TOS Schoolhouse Teachers’ February Special

This offer is such a great value that I have to make a special post for my subscribers.

The Old Schoolhouse magazine operates an online lessons platform called I have been interested in using this platform for some time, but the price tag was just a little too steep for me to sample it. I had trouble budgeting the $179/year, even though this price was good for all students in the household.

The February special is only $95/year!

There is also a monthly option if the $95 is too steep for you to commit to all at once. That’s just $131/year which is still quite a savings over the original price of $179. offers over 300 online courses that your student (or you!) can take at their own pace. All 300+ courses are included in the $95/year! There are no additional fees for adding children. I haven’t seen such an offer anywhere else. All other sites I’ve explored charge extra for each additional child.

This offer isn’t just for homeschool families! Anyone can sign up. You can expand your child’s learning, shore up their skills in mathematics, or keep them on task throughout the Summer months so their return to school in the Fall is an easier transition. There are computer classes and art instruction and foreign languages and … the list goes on and on!

If you can do this, I encourage you to give it a try. It’s definitely well worth it!

Throwback to November 27, 2010

NOTE: This post first appeared on our former blog called Our Cedar Cottage. Now that we have our own domain name, I’m moving a few posts over that we want to save. Please enjoy this flashback with us.

How to make fire starters …

We finally found the time yesterday to make fire starters.

Normally we use dryer lint, which works very well. When we lack old candle stubs, Gulf Wax works well and is very cheap.

This time, however, I had a number of old scented candles in various sizes. We also decided to try pine wood shavings in place of the dryer lint.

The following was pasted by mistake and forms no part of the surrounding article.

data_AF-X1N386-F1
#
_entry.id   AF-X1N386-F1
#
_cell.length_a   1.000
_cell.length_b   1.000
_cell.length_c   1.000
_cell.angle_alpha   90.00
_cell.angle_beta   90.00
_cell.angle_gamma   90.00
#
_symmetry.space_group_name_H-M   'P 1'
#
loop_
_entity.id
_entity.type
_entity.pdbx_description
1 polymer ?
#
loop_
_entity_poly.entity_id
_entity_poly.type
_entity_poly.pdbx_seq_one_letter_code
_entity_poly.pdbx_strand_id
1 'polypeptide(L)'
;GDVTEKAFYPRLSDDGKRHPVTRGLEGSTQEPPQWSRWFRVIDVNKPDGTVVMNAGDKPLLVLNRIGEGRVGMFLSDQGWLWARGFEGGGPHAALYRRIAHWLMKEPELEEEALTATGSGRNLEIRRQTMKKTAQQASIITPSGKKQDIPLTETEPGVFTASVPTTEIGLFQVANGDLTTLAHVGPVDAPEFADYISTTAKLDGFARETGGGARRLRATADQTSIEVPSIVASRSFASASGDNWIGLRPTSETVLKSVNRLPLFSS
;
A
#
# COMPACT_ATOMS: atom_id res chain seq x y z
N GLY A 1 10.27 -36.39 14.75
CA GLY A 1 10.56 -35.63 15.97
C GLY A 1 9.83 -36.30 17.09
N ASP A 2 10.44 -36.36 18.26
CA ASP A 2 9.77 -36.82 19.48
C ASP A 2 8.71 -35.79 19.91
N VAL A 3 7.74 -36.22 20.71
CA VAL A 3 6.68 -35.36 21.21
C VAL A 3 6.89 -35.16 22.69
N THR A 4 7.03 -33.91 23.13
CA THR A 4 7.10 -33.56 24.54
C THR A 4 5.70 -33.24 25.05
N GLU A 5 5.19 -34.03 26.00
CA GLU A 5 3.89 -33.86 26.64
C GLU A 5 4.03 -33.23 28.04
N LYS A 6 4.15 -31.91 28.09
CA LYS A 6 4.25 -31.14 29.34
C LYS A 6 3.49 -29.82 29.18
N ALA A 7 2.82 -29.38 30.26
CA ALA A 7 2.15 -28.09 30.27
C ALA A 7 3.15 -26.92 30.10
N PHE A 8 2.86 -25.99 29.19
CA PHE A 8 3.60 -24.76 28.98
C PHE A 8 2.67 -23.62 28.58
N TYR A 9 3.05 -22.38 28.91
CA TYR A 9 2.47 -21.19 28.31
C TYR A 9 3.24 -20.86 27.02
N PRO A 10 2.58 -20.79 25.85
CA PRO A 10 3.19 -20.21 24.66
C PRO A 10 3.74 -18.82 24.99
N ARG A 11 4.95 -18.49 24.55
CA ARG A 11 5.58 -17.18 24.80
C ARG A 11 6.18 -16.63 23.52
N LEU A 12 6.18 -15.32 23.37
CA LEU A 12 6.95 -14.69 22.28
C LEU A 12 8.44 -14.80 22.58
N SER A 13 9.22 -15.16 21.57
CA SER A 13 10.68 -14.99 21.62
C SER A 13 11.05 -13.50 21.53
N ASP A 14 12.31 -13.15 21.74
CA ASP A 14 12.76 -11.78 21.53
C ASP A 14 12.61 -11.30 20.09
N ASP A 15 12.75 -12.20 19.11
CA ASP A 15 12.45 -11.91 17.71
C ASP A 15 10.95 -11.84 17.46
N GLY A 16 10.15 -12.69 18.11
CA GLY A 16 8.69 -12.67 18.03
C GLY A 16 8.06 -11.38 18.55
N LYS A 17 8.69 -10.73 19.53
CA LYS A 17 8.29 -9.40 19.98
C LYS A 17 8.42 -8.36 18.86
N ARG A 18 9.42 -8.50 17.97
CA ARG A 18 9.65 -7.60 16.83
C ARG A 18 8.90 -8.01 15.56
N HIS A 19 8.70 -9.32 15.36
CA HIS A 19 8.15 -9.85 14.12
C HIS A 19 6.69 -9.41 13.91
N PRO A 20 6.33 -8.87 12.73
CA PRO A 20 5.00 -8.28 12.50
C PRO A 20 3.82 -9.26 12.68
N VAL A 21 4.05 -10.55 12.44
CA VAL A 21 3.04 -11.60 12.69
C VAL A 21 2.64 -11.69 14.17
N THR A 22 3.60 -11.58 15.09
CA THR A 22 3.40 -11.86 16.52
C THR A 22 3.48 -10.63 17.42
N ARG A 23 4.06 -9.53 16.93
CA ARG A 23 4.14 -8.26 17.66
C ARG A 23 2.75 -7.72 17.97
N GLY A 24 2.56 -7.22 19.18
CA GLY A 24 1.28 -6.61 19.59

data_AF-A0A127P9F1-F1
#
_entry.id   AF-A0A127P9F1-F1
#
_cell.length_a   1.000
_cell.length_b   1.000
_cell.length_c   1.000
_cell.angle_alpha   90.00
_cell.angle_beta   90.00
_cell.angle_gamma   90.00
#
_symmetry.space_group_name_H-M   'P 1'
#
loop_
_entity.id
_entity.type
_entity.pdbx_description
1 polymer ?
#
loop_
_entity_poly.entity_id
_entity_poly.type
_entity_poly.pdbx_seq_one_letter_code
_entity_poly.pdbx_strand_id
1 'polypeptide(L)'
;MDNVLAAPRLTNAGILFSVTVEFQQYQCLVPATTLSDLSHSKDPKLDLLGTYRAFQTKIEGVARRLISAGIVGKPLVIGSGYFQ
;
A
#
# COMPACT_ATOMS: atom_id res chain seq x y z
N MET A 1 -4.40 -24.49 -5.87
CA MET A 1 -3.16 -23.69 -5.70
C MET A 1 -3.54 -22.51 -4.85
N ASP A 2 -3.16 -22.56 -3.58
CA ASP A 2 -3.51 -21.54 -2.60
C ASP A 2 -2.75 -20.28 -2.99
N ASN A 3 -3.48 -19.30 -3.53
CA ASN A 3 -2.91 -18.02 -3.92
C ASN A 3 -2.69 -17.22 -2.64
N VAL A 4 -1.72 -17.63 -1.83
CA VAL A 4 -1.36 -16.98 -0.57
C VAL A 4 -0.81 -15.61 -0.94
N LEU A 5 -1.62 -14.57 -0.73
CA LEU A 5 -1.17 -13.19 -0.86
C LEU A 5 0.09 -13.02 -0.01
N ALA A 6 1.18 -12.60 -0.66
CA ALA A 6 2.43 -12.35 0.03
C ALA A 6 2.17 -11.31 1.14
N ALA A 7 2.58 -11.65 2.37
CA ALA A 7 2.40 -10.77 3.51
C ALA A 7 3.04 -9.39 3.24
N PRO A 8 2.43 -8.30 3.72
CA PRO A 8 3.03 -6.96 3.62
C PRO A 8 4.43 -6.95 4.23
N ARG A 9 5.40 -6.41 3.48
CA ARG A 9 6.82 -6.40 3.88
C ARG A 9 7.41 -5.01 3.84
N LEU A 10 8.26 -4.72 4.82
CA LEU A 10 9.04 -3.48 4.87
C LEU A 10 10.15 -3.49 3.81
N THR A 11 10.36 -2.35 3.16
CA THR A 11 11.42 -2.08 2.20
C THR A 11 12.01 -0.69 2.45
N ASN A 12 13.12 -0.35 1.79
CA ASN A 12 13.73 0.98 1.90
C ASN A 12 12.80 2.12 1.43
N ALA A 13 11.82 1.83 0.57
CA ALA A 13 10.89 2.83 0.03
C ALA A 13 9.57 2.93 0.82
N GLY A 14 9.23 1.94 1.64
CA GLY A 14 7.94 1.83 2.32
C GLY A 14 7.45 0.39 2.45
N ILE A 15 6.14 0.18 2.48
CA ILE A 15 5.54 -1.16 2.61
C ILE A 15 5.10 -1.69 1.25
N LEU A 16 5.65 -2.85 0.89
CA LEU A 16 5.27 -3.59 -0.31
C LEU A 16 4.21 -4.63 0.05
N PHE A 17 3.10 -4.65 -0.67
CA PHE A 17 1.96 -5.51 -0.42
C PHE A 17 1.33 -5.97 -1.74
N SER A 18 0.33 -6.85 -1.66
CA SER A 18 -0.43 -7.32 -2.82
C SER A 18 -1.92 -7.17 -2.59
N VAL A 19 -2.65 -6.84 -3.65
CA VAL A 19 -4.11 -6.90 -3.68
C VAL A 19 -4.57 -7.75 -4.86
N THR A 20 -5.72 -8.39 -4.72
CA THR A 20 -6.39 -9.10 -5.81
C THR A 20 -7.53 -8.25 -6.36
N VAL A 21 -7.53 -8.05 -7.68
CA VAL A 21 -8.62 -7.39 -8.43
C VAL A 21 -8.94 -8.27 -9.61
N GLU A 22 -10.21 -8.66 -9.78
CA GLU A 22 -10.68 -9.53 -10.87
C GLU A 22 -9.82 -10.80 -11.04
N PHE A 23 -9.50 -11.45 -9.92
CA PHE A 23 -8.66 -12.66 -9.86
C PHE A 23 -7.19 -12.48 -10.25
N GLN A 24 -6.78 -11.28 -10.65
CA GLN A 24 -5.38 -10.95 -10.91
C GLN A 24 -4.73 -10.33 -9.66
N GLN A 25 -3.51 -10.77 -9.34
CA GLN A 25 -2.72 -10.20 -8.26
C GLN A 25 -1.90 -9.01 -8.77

Dad keeps his fire starters in an old aluminum pot, which doubles as our wax melting pot. The process of melting the wax would have gone more quickly if we had chunked up the old candles first.

I had two candles still in the jars, so we softened them by putting them in a pan of hot water. We put a rack underneath to prevent breaking the jars.


A nearby nursing home saves all of their cardboard egg cartons for us to recycle as fire starters. We plan to raise chickens next year, and will set aside the cleanest cartons at that time for our eggs.

We filled each carton with pine shavings. We found that they worked best when the shavings were contained in each cup and not mounded over.


We stirred the wax gently to prevent splatters. An old spoon found among the camping utensils served for stirring and for ladling out portions.

We found that hotter wax provided better saturation and a more cohesive fire starter. Just be careful as it tends to have a boiling action when it is poured into the cups.


I had trouble getting a fire going today after a busy morning kept me from tending it. Placing a fire starter under a log that is supported by a couple of small kindling rounds will provide a flame lasting 10 to 15 minutes with plenty of air flow. That is usually enough time for the fire to catch.

The fire starters reside in my old cast iron dutch oven on the hearth.